After record sales of $571.6 million in 2007, real estate sales throughout the Georgian Triangle softened in the latter half of 2008. MLS® sales revenue reported through the Georgian Triangle Real Estate Board for the year declined 23% to $437.8 million. Much of this decrease arose during the second half of the year when uncertainty about the economy began to set in resulting in prospective buyers putting their plans on "hold." Residential sales declined from 2,178 units sold in 2007 to 1,711 sold in 2008 a decrease of 21%. These results do not include the sales of new homes and condominiums sale made directly by developers and not sold through the local MLS® system. Numerous new home sites throughout the area had very strong sales during 2008 which when combined with the MLS® results, indicates that things are not as bad as some may perceive.
Through 2008 the number of new listings that came on to the market totaled 5,981 properties, an increase of 10% over the prior year. What continues to be a significant issue is the failure of sellers and their respective agents to correctly price properties to current "market" values. With 1,711 sales in 2008 and 5,981 new listings, it means that 1 out of every 3.5 listings sold. Expired listings for the year totaled 3,036 an increase of 24% over the number of expireds in 2007. For three consecutive years now, 2006 through 2008 more listings have expired than have sold despite strong market conditions!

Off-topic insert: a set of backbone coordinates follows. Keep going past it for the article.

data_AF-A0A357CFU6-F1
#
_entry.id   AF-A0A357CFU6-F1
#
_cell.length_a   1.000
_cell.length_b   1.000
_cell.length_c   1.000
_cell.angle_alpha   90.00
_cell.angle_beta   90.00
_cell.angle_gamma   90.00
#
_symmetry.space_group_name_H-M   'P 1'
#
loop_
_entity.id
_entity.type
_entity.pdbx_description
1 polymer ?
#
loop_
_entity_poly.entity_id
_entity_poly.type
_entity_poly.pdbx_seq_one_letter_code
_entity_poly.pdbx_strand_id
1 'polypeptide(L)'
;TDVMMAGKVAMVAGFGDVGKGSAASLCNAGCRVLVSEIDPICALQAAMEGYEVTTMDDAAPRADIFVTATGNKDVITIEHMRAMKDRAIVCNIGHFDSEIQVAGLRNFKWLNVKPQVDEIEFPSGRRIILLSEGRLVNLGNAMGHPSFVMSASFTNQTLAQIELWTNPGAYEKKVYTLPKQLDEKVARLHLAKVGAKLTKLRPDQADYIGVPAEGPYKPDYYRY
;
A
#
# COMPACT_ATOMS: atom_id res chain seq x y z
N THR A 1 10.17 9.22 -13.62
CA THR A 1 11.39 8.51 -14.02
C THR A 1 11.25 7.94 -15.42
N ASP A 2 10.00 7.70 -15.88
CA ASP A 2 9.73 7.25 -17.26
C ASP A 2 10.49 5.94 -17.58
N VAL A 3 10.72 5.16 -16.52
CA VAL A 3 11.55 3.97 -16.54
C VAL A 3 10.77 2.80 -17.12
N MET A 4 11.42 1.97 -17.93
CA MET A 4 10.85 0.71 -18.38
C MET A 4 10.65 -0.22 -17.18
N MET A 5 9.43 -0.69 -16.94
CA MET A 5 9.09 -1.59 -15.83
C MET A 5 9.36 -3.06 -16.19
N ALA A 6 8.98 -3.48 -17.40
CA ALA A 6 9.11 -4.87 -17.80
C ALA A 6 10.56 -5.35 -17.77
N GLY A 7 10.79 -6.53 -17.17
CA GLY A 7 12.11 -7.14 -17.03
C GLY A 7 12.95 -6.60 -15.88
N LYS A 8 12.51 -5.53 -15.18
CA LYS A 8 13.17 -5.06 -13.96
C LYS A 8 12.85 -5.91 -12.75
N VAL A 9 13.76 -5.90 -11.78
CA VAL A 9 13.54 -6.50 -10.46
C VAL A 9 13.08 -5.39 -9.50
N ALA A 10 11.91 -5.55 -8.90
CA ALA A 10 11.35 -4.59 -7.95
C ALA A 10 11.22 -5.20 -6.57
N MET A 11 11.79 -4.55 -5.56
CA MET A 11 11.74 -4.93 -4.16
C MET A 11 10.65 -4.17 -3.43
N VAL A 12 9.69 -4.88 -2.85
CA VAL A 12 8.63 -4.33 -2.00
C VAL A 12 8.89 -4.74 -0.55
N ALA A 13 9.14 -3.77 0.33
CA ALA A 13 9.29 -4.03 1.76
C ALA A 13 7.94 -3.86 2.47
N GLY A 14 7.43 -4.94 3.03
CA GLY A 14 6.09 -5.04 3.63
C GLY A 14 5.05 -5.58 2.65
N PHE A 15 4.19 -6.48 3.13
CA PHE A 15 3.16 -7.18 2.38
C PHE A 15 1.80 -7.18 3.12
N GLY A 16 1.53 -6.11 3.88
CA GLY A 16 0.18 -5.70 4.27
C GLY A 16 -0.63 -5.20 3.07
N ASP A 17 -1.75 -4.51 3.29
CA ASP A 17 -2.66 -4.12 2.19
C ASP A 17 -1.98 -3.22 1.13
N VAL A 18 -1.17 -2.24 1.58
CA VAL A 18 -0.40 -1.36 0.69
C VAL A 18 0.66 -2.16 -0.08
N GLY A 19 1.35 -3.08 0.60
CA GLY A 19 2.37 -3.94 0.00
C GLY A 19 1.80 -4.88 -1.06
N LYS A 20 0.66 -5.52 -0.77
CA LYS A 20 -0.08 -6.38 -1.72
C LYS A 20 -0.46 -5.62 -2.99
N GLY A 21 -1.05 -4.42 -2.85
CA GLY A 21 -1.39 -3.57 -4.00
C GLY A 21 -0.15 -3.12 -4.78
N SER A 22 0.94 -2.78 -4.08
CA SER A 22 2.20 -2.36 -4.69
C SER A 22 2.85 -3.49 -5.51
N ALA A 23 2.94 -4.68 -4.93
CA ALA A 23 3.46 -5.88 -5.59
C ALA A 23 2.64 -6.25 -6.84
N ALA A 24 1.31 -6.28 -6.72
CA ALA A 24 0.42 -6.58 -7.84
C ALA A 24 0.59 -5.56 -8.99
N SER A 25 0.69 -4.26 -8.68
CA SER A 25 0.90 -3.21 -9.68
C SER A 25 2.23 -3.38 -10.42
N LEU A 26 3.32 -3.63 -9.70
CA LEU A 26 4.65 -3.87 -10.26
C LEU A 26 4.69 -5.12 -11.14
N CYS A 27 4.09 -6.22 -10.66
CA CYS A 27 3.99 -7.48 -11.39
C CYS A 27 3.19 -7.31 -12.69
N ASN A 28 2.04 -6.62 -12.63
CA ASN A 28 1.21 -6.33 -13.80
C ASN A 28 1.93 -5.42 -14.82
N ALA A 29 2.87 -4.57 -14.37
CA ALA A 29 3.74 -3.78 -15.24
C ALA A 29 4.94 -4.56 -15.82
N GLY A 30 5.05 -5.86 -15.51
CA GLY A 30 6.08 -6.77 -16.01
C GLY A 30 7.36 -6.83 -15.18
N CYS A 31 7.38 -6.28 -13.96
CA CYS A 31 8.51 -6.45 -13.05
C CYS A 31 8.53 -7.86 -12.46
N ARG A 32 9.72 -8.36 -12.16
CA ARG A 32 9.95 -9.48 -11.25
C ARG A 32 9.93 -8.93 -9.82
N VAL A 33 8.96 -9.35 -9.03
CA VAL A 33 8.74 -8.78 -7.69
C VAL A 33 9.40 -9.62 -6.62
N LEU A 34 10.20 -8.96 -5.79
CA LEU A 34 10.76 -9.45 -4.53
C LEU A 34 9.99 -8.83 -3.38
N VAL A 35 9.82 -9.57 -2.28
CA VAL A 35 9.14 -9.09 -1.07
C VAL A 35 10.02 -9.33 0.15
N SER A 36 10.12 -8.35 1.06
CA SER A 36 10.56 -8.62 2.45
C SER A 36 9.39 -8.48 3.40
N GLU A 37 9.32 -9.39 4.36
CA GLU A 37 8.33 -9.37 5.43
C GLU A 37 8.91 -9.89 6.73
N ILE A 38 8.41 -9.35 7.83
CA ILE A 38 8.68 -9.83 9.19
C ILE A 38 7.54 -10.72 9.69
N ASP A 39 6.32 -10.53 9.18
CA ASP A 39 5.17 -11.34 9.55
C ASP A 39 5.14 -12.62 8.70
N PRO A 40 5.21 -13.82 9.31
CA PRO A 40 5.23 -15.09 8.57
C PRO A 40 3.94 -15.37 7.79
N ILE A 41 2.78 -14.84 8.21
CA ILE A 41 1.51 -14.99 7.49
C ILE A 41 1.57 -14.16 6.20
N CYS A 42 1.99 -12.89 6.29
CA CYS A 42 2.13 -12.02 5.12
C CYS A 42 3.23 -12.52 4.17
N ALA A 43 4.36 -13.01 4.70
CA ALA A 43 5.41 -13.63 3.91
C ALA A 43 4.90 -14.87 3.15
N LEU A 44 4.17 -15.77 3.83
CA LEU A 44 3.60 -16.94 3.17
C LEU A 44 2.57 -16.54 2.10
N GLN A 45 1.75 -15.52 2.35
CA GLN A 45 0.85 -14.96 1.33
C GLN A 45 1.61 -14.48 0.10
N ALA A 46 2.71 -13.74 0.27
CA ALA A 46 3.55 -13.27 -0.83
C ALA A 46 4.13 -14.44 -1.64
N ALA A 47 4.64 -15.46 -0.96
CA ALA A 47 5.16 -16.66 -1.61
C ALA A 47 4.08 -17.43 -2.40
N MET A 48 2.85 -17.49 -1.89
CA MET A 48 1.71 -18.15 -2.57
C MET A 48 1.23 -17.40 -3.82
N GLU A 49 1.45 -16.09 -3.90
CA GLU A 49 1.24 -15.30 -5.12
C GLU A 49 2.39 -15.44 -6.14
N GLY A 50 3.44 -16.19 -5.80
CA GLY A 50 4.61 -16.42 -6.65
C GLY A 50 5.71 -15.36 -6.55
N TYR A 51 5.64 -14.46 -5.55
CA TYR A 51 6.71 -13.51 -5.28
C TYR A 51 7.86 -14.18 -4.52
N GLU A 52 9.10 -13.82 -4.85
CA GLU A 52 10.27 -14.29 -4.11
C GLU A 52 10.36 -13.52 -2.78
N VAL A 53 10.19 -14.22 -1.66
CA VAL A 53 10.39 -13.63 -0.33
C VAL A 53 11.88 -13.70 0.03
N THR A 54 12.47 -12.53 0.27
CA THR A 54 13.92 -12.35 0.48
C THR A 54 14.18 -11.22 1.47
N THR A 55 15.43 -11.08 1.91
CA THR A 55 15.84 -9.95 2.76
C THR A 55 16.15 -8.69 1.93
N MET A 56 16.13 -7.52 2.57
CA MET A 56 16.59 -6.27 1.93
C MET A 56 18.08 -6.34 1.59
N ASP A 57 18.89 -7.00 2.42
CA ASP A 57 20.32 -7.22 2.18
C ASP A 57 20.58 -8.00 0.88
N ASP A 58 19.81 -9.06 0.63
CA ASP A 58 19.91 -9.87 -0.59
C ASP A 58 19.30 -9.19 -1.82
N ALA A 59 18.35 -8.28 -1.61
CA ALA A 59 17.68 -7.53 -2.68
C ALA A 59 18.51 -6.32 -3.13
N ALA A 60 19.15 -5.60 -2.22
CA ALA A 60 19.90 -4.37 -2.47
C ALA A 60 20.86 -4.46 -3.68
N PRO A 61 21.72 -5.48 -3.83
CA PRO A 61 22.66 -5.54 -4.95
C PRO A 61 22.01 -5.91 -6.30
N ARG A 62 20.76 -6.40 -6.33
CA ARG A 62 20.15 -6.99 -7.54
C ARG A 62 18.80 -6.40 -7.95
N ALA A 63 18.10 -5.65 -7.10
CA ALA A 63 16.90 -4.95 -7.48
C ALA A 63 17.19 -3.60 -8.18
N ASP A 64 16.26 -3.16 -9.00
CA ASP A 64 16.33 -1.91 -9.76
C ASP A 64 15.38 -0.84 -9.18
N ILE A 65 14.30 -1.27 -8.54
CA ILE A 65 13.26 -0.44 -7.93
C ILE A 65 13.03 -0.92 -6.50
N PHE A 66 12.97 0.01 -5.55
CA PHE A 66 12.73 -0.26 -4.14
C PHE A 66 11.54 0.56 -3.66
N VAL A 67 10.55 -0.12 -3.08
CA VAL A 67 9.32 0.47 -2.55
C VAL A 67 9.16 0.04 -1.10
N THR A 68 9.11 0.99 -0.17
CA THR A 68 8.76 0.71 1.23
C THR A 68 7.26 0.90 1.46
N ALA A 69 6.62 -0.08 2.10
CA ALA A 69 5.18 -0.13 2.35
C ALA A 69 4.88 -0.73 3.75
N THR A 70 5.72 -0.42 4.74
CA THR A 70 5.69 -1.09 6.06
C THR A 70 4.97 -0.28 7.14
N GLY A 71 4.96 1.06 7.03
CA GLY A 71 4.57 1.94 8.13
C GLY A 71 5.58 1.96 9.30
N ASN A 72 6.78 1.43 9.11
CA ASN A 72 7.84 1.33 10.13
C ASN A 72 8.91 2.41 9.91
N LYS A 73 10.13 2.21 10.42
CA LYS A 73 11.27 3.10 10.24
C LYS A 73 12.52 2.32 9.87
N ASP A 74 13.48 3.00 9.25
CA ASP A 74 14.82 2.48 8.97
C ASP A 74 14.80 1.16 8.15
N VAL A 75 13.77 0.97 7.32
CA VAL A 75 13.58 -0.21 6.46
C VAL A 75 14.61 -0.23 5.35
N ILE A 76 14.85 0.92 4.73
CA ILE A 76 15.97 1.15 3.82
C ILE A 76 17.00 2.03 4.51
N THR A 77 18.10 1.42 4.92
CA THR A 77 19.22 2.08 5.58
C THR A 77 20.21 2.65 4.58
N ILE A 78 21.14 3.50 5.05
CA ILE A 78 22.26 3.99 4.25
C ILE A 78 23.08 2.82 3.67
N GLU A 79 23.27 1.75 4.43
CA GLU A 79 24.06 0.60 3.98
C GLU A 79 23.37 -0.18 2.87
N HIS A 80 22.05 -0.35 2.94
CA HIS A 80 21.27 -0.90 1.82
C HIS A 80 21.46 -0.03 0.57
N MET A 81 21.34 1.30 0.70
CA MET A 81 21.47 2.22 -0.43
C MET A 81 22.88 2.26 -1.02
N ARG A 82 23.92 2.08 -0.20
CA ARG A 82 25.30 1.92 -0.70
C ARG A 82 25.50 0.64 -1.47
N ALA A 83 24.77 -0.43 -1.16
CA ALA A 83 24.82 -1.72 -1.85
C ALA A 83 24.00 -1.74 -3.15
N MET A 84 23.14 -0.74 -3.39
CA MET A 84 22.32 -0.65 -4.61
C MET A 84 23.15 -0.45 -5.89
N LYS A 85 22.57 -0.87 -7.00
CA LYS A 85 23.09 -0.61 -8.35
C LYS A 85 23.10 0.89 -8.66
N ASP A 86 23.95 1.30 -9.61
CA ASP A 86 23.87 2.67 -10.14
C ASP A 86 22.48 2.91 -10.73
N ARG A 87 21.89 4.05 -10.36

Despite a softening in sales, we have yet to see any significant downward trend in pricing. "Average" resale home prices in the arera, a term often tossed about without proper qualification slipped 3.3% in 2008 to $279,513 down from the 2007 average of $288,949. The primary cause for this decrease stemmed from the fact that upper-end home sales dropped significantly in 2008. Sales above $500K declined 35% while sales above $800K were down 52%. With such shortfalls in high priced home sales, it is not hard to envision that the average price could have dropped much more. The average residential price in Collingwood actually went up last year, this was the only area municipality that reflected a gain. The bottom-line is, selling prices have not dropped significantly nor are they likely to. Tracking "average" prices is useful in establishing trends over time but do not accurately reflect pricing conditions across specific geographic markets, divergent neighbourhoods or property types ie: singlke family homes versus condos.
For further information regarding sales and pricing in 2007 versus 2008, please read my latest issue of Georgian Triangle Real Estate News for a complete summary of 2008 market activity throughout the area.